A tract of about 33 acres of land, known as the Lakeway Highlands development, located near the Crosswind Drive and Hornsby Lane intersection was the focus of several agenda items at the May 20 Lakeway City Council meeting.
The items centered on annexation, rezoning and final plat approval for the land owned by RH Lakeway Development Ltd., all of which were approved by Lakeway’s Zoning and Planning Commission and moved to City Council for approval May 20.
But prior to approval of those three proposals, council first passed an eighth amendment to the Lakeway Highlands development agreement dating back to December 1997. ZAPCO recommended council memorialize, or put on official record, commitments made by developers regarding the development of Lakeway Highlands Phase 3, Section 6B.
The commitments all pertain to lots backing up to Crosswind and Hornsby and prevent the developers from performing any mass grading in an effort to alleviate drainage concerns during construction of the site development prior to the start of home construction, ensure at least two trees will be planted in applicable backyards and require construction of a wall separating the development from Crosswind and Hornsby.
The amendment also stipulates construction traffic may not access the development from Crosswind and Hornsby, “except as needed to develop connections to those streets from the streets within Lakeway Highlands Ph.3, Sec. 6B.”
Following approval of the amendment and in a succession of three motions, council voted to annex the 33 acres of land, zone it single-family residential and approve the development’s final plat.
Miguel Suazo, managing partner of the Suazo Legal Group, represents two clients living on Hornsby, which he said is technically in Spicewood but abuts the Lakeway Highlands Phase 3 development.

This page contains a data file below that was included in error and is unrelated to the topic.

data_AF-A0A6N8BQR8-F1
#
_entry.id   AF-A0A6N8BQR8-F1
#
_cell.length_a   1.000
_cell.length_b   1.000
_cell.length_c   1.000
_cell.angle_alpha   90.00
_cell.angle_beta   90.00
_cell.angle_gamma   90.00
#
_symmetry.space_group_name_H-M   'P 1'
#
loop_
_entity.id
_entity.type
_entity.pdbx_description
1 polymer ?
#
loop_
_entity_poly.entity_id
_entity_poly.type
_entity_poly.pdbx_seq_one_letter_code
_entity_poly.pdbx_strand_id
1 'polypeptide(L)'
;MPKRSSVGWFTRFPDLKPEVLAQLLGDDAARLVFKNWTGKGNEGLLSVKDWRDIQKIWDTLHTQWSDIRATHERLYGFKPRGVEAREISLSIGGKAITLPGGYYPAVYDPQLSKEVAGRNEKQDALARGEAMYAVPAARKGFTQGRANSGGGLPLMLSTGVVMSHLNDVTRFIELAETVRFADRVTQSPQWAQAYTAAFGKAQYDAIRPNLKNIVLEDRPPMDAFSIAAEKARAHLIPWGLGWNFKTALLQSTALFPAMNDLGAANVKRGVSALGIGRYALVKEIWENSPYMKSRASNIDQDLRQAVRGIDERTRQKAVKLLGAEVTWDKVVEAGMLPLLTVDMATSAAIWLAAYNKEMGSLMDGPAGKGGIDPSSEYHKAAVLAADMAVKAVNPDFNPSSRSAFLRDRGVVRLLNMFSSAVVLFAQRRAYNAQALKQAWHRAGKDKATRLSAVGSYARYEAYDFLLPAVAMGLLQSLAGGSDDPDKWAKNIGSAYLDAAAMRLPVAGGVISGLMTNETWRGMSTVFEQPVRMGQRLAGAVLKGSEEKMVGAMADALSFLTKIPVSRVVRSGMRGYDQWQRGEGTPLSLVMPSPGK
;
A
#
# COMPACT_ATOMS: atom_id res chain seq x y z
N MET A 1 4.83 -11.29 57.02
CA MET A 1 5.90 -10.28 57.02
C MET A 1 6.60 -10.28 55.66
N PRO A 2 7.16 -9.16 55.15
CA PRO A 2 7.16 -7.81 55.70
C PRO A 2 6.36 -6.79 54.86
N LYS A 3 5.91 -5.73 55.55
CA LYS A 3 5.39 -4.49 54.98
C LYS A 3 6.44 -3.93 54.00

Suazo attended the May 20 meeting and protested several decisions from council to move forward with the development. Among many issues, he said his clients would like clarification on commitments made by the developers through the most recent amendment to the development agreement.
The commitments are likely to be adhered to by the developer, but once the developer sells the land, it is not clear who is bound to those commitments, so unless the city grandfathers them in to the new landowners, there is no guarantee they will stick, Suazo said. Another issue for Suazo’s clients involves maintaining a natural buffer zone between them and the new development, which includes determining where property lines are and whether predetermined easements between the two areas are still in effect.
“The problem is we don’t really know what our paths for relief are based upon the way the city code is structured, especially in light of the fact that the agreement is between the city and the developer,” Suazo said. “So it’s really tough to understand what your rights are. And as this community grows and expands, I think some of that clarity is needed.”
Assistant City Manager Julie Oakley said the next step in advancing the project is for Lakeway Highlands Phase 3 developer Legend Communities to submit its site-development plan to the city.